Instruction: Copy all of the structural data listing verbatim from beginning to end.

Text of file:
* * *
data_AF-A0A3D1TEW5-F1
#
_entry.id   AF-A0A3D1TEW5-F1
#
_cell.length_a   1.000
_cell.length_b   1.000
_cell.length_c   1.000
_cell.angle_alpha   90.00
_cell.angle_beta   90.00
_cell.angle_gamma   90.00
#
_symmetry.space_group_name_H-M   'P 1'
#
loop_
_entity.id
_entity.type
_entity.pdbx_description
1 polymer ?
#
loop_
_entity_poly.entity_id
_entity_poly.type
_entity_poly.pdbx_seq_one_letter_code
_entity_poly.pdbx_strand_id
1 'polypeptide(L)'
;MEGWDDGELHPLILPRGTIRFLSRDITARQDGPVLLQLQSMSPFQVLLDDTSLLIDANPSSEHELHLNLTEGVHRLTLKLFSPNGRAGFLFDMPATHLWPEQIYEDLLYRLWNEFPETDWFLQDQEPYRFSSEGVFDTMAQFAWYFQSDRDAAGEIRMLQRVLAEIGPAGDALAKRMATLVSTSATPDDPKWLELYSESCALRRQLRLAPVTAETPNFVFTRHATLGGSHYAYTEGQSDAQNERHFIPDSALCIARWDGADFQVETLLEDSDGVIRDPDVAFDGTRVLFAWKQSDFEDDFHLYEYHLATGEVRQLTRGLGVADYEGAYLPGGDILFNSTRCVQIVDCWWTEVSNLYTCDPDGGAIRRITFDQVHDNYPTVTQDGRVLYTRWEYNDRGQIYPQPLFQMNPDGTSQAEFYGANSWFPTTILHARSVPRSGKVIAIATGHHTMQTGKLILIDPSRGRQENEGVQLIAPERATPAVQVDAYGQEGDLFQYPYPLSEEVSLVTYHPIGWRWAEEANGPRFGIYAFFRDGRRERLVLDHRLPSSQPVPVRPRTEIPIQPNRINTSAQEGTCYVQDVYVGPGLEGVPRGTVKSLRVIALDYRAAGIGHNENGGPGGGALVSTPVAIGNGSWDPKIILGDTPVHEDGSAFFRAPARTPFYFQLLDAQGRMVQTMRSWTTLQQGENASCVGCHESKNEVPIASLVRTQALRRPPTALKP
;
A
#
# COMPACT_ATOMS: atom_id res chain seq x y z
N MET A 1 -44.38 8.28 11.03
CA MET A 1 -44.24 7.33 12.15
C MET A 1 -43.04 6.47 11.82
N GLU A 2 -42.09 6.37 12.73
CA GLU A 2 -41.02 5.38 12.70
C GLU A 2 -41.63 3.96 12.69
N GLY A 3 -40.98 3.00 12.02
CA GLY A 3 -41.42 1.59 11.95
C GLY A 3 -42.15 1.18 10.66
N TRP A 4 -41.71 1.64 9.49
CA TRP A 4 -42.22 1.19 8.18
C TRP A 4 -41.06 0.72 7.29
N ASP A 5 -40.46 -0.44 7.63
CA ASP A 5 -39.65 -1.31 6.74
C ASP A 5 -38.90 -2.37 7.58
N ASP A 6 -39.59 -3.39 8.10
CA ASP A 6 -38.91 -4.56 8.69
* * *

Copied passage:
data_AF-A0A3D1TEW5-F1
#
_entry.id   AF-A0A3D1TEW5-F1
#
_cell.length_a   1.000
_cell.length_b   1.000
_cell.length_c   1.000
_cell.angle_alpha   90.00
_cell.angle_beta   90.00
_cell.angle_gamma   90.00
#
_symmetry.space_group_name_H-M   'P 1'
#
loop_
_entity.id
_entity.type
_entity.pdbx_description
1 polymer ?
#
loop_
_entity_poly.entity_id
_entity_poly.type
_entity_poly.pdbx_seq_one_letter_code
_entity_poly.pdbx_strand_id
1 'polypeptide(L)'
;MEGWDDGELHPLILPRGTIRFLSRDITARQDGPVLLQLQSMSPFQVLLDDTSLLIDANPSSEHELHLNLTEGVHRLTLKLFSPNGRAGFLFDMPATHLWPEQIYEDLLYRLWNEFPETDWFLQDQEPYRFSSEGVFDTMAQFAWYFQSDRDAAGEIRMLQRVLAEIGPAGDALAKRMATLVSTSATPDDPKWLELYSESCALRRQLRLAPVTAETPNFVFTRHATLGGSHYAYTEGQSDAQNERHFIPDSALCIARWDGADFQVETLLEDSDGVIRDPDVAFDGTRVLFAWKQSDFEDDFHLYEYHLATGEVRQLTRGLGVADYEGAYLPGGDILFNSTRCVQIVDCWWTEVSNLYTCDPDGGAIRRITFDQVHDNYPTVTQDGRVLYTRWEYNDRGQIYPQPLFQMNPDGTSQAEFYGANSWFPTTILHARSVPRSGKVIAIATGHHTMQTGKLILIDPSRGRQENEGVQLIAPERATPAVQVDAYGQEGDLFQYPYPLSEEVSLVTYHPIGWRWAEEANGPRFGIYAFFRDGRRERLVLDHRLPSSQPVPVRPRTEIPIQPNRINTSAQEGTCYVQDVYVGPGLEGVPRGTVKSLRVIALDYRAAGIGHNENGGPGGGALVSTPVAIGNGSWDPKIILGDTPVHEDGSAFFRAPARTPFYFQLLDAQGRMVQTMRSWTTLQQGENASCVGCHESKNEVPIASLVRTQALRRPPTALKP
;
A
#
# COMPACT_ATOMS: atom_id res chain seq x y z
N MET A 1 -44.38 8.28 11.03
CA MET A 1 -44.24 7.33 12.15
C MET A 1 -43.04 6.47 11.82
N GLU A 2 -42.09 6.37 12.73
CA GLU A 2 -41.02 5.38 12.70
C GLU A 2 -41.63 3.96 12.69
N GLY A 3 -40.98 3.00 12.02
CA GLY A 3 -41.42 1.59 11.95
C GLY A 3 -42.15 1.18 10.66
N TRP A 4 -41.71 1.64 9.49
CA TRP A 4 -42.22 1.19 8.18
C TRP A 4 -41.06 0.72 7.29
N ASP A 5 -40.46 -0.44 7.63
CA ASP A 5 -39.65 -1.31 6.74
C ASP A 5 -38.90 -2.37 7.58
N ASP A 6 -39.59 -3.39 8.10
CA ASP A 6 -38.91 -4.56 8.69